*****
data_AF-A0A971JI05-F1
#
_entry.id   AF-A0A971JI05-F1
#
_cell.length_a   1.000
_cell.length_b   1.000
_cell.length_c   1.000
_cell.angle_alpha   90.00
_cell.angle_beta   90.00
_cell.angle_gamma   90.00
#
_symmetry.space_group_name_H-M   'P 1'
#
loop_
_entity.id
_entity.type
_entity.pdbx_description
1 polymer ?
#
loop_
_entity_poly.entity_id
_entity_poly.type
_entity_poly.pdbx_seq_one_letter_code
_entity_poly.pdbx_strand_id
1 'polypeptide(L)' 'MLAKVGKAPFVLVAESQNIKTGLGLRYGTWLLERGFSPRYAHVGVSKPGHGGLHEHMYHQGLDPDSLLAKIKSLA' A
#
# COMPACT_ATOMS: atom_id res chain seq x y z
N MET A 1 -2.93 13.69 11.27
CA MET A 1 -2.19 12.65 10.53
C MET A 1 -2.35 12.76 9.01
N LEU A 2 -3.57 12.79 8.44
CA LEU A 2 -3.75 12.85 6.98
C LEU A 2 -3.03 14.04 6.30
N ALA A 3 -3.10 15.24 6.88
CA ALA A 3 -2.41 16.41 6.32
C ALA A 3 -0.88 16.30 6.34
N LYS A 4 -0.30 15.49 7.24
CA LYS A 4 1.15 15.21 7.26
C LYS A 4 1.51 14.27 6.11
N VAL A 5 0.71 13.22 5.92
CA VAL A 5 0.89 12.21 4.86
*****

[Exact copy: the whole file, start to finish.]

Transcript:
data_AF-A0A971JI05-F1
#
_entry.id   AF-A0A971JI05-F1
#
_cell.length_a   1.000
_cell.length_b   1.000
_cell.length_c   1.000
_cell.angle_alpha   90.00
_cell.angle_beta   90.00
_cell.angle_gamma   90.00
#
_symmetry.space_group_name_H-M   'P 1'
#
loop_
_entity.id
_entity.type
_entity.pdbx_description
1 polymer ?
#
loop_
_entity_poly.entity_id
_entity_poly.type
_entity_poly.pdbx_seq_one_letter_code
_entity_poly.pdbx_strand_id
1 'polypeptide(L)' 'MLAKVGKAPFVLVAESQNIKTGLGLRYGTWLLERGFSPRYAHVGVSKPGHGGLHEHMYHQGLDPDSLLAKIKSLA' A
#
# COMPACT_ATOMS: atom_id res chain seq x y z
N MET A 1 -2.93 13.69 11.27
CA MET A 1 -2.19 12.65 10.53
C MET A 1 -2.35 12.76 9.01
N LEU A 2 -3.57 12.79 8.44
CA LEU A 2 -3.75 12.85 6.98
C LEU A 2 -3.03 14.04 6.30
N ALA A 3 -3.10 15.24 6.88
CA ALA A 3 -2.41 16.41 6.32
C ALA A 3 -0.88 16.30 6.34
N LYS A 4 -0.30 15.49 7.24
CA LYS A 4 1.15 15.21 7.26
C LYS A 4 1.51 14.27 6.11
N VAL A 5 0.71 13.22 5.92
CA VAL A 5 0.89 12.21 4.86